I’ve survived a similar ‘localism’ exercise. When I was elected in Streatham South the Lib Dems claimed I lived ‘halfway to Brixton’ despite the fact I live in the adjacent ward, Streatham Wells. My predecessor, whose death caused the by-election, actually lived in Dalberg Road in the middle of Brixton. That didn’t prevent him from doing a really good job representing Streatham South, and being fondly remembered as a ‘local champion’.

I can think of at least three Lib Dem councillors here who don’t live in the ward they represent (and indeed one former councillor who didn’t live in Lambeth). From a political party perspective, this whole ‘he/she is/isn’t local’ isn’t really about being local, it’s about opportunism. Every party lobs in the ‘local’ grenade from time to time, but it does little to improve political debate. It certainly does little for the so-called ‘new politics’ the Lib Dems love to prattle about.

But far worse than that, with a Labour councillor having resigned (his name Toren Smith and the resignation by choice) after his arrest and a court case in the offing, the Lib Dems resorted to incredibly distasteful leaflets which had little regard for sub judice, ignoring the fact no case has yet been heard. So it was all systems go with the twisted opportunism, slamming Labour in general and thereby seeking to link Ruth Ling to the ex-councillor’s situation.

There was a leaflet which regurgitated various press reports about the resignation (how these reports originated we can only guess). ‘Labour Councillor Quits in Shame’ was the headline. When voters emailed complaints to the Lib Dem agent (Cllr Ashley Lumsden, also Lambeth Lib Dem leader) he responded glibly: ‘It seemed reasonable to set the record straight, and, in the circumstances, simply to reprint what local newspapers have reported.’

Lumsden then went on to have another go at Ruth Ling for having ‘no prior connection’ with Tulse Hill whilst praising the Lib Dem candidate to the skies as ‘an excellent local candidate … whose record of action in the area is longstanding and beyond reproach’. Hmm – note that last word. Is that a dog whistle we can’t hear?

It seems likely to me that more was suggested about the police investigation on the doorsteps than appeared in lurid leaflets, based on what I heard back from uneasy voters when I was canvassing. But the Lib Dems generally escape attention for their less scrupulous canvassing techniques. They remind me sometimes of the Weeping Angels from Doctor Who – they only move and attack when you’re not looking. Which is why people should always keep an eye on them.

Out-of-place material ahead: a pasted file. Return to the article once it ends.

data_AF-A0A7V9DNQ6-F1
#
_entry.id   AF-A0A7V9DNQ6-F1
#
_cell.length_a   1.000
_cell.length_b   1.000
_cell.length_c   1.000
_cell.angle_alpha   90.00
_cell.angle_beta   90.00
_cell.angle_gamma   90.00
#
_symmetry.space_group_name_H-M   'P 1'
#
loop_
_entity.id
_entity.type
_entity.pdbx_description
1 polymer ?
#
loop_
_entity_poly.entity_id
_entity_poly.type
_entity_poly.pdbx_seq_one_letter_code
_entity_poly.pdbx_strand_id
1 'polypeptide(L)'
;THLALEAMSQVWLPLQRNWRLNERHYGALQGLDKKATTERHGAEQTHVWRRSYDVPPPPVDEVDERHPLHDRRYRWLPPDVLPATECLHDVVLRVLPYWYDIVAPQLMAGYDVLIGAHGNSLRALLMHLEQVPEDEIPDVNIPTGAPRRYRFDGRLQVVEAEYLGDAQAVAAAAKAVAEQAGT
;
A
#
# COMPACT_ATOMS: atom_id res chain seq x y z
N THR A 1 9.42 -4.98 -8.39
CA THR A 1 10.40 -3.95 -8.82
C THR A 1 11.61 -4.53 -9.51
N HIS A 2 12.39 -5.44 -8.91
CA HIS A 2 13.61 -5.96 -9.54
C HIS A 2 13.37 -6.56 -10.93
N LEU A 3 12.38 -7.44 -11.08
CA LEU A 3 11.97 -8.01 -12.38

Yesterday, it being hot and hilly, I was cycling along slowly, past a couple of Lib Dems on the St Martin’s Estate in Tulse Hill. One was an old hand, the other obviously there for the day (‘Lib Dem canvasser is not local shock!’). The old hand was telling the (‘not local’) helper all about … the police investigation. Now why might she need to know that?

Ruth Ling was an excellent candidate and overcame a Lib Dem campaign that was described to me by a resident in Upper Tulse Hill as ‘sick’. In some ways, I recognise their strategy as textbook Lib Dem, in others they sank to new depths.

Last night, as I stood beside Ruth in Room 8 at the Town Hall, where the count took place, I watched the rictus grins of the Lib Dems fall, by degrees, as they saw a greater number of bundles of counted votes building up in the Labour trays.

As I saw those faces fall, I was reminded of the words of their leader, Nick Clegg, in the first of the leaders’ debates during the General Election: ‘What I support is something I’ve supported all my adult political life: a complete clean-up, from top to toe, of politics.’

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Betty Blue

L1000289Yesterday brought the news that one of the Labour councillors for Brixton Hill, Betty Evans-Jacas, had defected to the Conservatives. Lambeth Tories have made a squeaky fanfare of this, with a statement that only showed, if anything, that Betty would say anything to get into the Conservative group, which numbers 6 (and now, obviously, 7). 

Betty allegedly said: “After years of agonising over the failure of the leadership of the Labour Party in Lambeth to listen to the residents, faith organisations, and business of Brixton Hill and Lambeth as a whole, I have decided to become a member of the Conservative Party under David Cameron.  I believe that under his leadership, I will be able to fulfil all of my duties as a Brixton Hill ward councillor.”

Twaddle. If there is any borough in London that listens, at length, to its residents, faith groups and businesses, it is Labour Lambeth. I know this because I am a Cabinet Member and I see how hard Labour councillors work to keep in touch with the views of residents. 

I suspect that Betty is actually speaking about herself – her demands for extra allowances were not listened to because they were immoral, particularly given her reputation as an absentee in Brixton Hill. Leader of the Council Steve Reed explains here. Missing surgeries is hardly a good example of listening.

When she was ill, as she was, seriously – to the extent that the Lib Dem ghouls were leafleting in expectation of a by-election – her Labour colleagues covered for her. When she was not ill, her Labour colleagues found themselves covering for her. She has been a gross disappointment, and she has lost many more friends in the Labour Party than she will ever gain in the Conservative Party, particularly when they realise the baggage of financial embarrassment she brings with her. It will be a dead end for her and a dilemma for the Conservatives.

It’s ludicrous to think, as she appears to, that David Cameron will somehow enable Betty to ‘fulfil all [her] duties as a Brixton Hill councillor’. She has shown no inclination to fulfil those duties as a councillor of any party, which is why she was replaced at a selection meeting last week.

She has been judged shrewdly by her Town Hall peers, Labour Group, over the years since 2006, and at every group election she has failed to be elected for every council post she has stood for – all of which have involved allowances. Now this grasping would-be politician has failed the people who voted for her in Brixton Hill. She should be ashamed.

Labour Group is not ashamed to be rid of her. Her valueless, shifting political mind suits the Tories.